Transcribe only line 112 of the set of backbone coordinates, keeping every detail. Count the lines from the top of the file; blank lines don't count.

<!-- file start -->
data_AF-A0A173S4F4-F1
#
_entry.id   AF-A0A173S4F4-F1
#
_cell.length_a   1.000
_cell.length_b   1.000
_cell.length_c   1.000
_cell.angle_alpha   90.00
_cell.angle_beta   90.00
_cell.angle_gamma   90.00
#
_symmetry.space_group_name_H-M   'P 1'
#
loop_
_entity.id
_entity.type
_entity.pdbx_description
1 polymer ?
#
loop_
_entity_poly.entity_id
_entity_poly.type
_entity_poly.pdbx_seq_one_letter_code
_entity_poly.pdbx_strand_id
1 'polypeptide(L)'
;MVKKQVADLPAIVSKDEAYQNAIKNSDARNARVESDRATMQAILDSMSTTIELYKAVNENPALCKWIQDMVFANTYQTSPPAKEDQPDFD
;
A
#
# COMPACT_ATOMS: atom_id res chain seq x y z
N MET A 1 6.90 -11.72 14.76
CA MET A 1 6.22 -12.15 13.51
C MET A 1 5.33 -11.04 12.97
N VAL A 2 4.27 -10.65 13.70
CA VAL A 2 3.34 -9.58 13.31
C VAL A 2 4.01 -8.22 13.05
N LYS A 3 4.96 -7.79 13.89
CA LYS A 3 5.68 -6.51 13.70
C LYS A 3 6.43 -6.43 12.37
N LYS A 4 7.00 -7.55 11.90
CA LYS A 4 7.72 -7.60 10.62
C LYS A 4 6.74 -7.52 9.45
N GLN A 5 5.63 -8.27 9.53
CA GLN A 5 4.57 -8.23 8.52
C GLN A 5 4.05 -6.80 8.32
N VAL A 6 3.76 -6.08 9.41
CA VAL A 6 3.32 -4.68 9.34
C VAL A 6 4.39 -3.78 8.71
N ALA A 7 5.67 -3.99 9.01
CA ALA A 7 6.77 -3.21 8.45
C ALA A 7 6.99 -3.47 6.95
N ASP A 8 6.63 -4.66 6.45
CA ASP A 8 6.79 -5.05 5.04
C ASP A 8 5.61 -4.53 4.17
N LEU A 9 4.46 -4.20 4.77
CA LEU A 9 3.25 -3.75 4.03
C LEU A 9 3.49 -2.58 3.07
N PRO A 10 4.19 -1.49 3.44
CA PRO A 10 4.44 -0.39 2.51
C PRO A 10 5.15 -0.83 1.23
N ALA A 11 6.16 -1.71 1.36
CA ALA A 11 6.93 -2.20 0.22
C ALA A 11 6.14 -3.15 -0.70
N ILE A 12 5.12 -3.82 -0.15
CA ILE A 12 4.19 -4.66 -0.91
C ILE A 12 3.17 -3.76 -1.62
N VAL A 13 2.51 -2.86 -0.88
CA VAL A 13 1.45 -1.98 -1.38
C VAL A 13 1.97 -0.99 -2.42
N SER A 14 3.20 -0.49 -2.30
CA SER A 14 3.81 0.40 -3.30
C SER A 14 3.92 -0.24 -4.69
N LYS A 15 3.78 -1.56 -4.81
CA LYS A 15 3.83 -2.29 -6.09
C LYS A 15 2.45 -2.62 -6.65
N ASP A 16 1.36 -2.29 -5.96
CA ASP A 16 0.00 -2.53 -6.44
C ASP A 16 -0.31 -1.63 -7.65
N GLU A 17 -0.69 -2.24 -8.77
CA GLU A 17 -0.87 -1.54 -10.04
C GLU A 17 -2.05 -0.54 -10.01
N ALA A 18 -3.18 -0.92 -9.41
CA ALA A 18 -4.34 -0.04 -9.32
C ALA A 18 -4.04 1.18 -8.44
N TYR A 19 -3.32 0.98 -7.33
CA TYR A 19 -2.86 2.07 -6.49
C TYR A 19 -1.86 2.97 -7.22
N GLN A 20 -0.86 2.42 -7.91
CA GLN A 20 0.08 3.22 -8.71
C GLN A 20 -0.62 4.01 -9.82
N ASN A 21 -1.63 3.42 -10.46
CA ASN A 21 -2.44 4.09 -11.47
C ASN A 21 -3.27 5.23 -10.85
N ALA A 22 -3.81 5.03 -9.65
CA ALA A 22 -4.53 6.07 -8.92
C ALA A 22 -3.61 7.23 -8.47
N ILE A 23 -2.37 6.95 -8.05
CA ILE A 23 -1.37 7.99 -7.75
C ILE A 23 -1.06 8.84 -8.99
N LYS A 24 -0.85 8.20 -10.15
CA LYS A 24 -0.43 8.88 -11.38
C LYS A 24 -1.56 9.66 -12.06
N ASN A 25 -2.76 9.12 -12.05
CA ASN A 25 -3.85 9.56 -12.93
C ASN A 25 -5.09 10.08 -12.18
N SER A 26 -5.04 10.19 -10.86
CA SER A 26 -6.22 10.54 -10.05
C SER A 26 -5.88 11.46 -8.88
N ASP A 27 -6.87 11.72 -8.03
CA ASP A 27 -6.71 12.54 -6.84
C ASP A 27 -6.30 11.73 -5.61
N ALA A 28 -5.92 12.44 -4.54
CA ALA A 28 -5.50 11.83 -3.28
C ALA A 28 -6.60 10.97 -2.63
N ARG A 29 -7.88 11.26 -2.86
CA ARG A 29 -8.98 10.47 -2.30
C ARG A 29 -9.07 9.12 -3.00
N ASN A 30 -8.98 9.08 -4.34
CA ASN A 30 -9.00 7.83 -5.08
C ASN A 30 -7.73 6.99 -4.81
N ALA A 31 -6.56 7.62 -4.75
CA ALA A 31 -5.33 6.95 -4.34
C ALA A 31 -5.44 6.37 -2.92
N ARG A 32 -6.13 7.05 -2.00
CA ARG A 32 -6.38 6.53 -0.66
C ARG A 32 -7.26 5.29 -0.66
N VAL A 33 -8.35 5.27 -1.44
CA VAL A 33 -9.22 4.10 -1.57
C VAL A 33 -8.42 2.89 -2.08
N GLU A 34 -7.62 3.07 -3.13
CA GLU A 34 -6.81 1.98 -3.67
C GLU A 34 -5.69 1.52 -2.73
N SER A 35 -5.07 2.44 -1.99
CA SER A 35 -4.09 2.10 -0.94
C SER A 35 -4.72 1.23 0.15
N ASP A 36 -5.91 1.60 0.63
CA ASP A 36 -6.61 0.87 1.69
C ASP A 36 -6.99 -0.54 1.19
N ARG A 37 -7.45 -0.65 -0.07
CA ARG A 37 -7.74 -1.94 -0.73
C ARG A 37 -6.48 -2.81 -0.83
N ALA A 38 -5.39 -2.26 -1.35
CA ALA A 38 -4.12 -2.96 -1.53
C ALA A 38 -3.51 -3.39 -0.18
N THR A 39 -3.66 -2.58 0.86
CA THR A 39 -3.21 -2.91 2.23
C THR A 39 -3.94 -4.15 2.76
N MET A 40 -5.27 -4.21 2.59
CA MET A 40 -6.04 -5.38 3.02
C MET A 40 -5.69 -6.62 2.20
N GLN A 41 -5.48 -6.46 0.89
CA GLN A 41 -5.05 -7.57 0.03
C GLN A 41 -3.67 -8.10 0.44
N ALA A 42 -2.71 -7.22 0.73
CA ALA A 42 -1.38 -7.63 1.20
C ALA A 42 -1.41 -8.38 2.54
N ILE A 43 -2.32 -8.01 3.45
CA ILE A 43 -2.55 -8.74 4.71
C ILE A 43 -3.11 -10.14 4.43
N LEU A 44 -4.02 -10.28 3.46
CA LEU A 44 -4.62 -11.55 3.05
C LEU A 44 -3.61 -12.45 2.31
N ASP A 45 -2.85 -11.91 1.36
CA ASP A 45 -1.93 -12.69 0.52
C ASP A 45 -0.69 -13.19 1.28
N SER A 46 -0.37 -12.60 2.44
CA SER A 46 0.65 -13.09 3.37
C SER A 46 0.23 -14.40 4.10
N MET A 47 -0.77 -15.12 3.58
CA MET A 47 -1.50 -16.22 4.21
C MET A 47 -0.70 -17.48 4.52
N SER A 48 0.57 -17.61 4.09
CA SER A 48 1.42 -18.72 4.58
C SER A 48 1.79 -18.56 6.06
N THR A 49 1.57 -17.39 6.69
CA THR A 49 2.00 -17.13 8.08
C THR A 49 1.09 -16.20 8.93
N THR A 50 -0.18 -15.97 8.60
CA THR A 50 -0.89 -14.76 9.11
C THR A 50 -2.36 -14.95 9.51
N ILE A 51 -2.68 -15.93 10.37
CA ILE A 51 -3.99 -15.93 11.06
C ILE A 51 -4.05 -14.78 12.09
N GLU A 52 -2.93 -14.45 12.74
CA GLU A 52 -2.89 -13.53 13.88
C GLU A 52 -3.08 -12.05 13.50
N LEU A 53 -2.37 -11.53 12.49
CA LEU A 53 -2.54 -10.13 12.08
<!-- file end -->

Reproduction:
N ALA A 28 -5.92 12.44 -4.54